Slavoj Zizek spoke on Tragedy and Farce in Delhi on January 5, 2010.He spoke for about an hour and a half, then I responded for about 18 minutes, then he came back spiritedly for about forty-five minutes. This post is in two parts. The first part is the brief intervention I made at Stein Auditorium. In the second part of this post, I expand on my critique in the light of his response. I could not of course, speak after he had spoken the second time, so I’m doing it here.
A jinn appeared to a man and granted him three wishes. First, said the man excitedly, I want to be Slavoj Zizek. You idiot, said the jinn. You are Slavoj Zizek.
This is one of the many stories that the internet throws up on the eminent Slovenian Lacanian whom it has been our pleasure to listen to today. His own jokes and anecdotes are of course legendary, the medium through which he makes complex theoretical points. It thus becomes the burden of every unfortunate person writing about him or commenting on his work, to tell a few jokes themselves. Often Profesor Zizek’s own.
So. It struck me that the truth of the joke with which I began is that Slavoj Zizek longs to be Slavoj Zizek. He never quite makes it, though, because Zizek keeps escaping himself. In an interview to The Guardian a couple of years ago, he was asked – What do you most dislike about your appearance? And he replied – That it makes me appear the way I really am.
Having followed Professor Zizek’s work for a while now in growing bewilderment, I understand his predicament There are at least two Zizeks in there, and whichever one manifests himself, Slavoj is taken aback and rather dissatisfied. This is me? He seems to ask.
Today was the third and final day of the ‘Idea of Communism’ conference and it was the truly most bizarre experience – bizarre philosophical experience, I should say – of my life. Let me start backwards today.
The preacher from Ljubliana was in full form and he closed his own hour-long (or was it 55 minutes) presentation ‘To Begin from the Beginning, Over and Over Again’ with the following: “If the rumour that Gilles Deleuze was writing a book on Marx before he died, is true then this should be seen as a sign that after having spent a life time away from the Church he wanted to come back to its fold…We welcome all those anti-communist Leftists who have spent their lifetimes attacking us to come and join us.” Continue reading Evangelist Zizek and the End of Philosophy – II→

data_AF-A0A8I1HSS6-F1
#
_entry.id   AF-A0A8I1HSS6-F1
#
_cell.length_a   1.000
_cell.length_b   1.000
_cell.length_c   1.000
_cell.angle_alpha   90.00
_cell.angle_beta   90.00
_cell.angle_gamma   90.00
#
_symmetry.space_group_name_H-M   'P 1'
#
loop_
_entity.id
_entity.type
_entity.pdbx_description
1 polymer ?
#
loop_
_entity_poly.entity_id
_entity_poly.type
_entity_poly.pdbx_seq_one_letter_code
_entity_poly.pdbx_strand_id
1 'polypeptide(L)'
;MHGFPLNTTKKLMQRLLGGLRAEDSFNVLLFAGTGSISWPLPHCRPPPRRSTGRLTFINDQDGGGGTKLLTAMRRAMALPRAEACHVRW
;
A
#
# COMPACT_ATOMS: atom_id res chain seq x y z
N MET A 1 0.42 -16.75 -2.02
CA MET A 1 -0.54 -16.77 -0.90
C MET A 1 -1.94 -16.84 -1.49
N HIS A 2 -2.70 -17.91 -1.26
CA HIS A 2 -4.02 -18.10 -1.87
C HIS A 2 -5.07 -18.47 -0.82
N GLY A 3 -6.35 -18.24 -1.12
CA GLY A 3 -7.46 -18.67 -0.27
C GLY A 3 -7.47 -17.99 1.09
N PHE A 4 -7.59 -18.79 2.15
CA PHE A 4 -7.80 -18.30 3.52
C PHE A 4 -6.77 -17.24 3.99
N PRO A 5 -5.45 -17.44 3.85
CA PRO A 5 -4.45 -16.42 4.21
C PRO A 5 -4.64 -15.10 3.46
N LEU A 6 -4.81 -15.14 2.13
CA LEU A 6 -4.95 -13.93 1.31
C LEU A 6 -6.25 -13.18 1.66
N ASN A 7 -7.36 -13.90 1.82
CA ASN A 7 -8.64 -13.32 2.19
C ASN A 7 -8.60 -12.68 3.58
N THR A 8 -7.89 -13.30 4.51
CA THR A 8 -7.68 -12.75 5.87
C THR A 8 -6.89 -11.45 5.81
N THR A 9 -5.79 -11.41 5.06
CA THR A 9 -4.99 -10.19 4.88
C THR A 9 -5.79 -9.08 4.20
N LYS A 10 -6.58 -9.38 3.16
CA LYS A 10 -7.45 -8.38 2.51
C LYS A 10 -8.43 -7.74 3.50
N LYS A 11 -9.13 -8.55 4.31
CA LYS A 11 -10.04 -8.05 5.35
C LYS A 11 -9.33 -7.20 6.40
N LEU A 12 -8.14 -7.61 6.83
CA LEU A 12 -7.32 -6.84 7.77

Today, 13 March, a whole galaxy of philosophers and theorists got together for a three-day conference “On The Idea of Communism” under the auspices of the Birkbeck Institute for the Humanities, London University. The Conference opened to a jam-packed hall where all tickets had sold out (no jokes, this was a ticketed show where the likes of Alain Badiou, Slavoj Zizek, Jean Luc-Nancy, Toni Negri, Jacques Ranciere, Terry Eagleton and many many others are to perform on the ‘idea of communism’). The huge Logan hall with a capacity of about 800-900 was so packed that the organizers had made arrangements for video streaming in another neighbouring hall – and that too was half full! Very encouraging in these bleak days.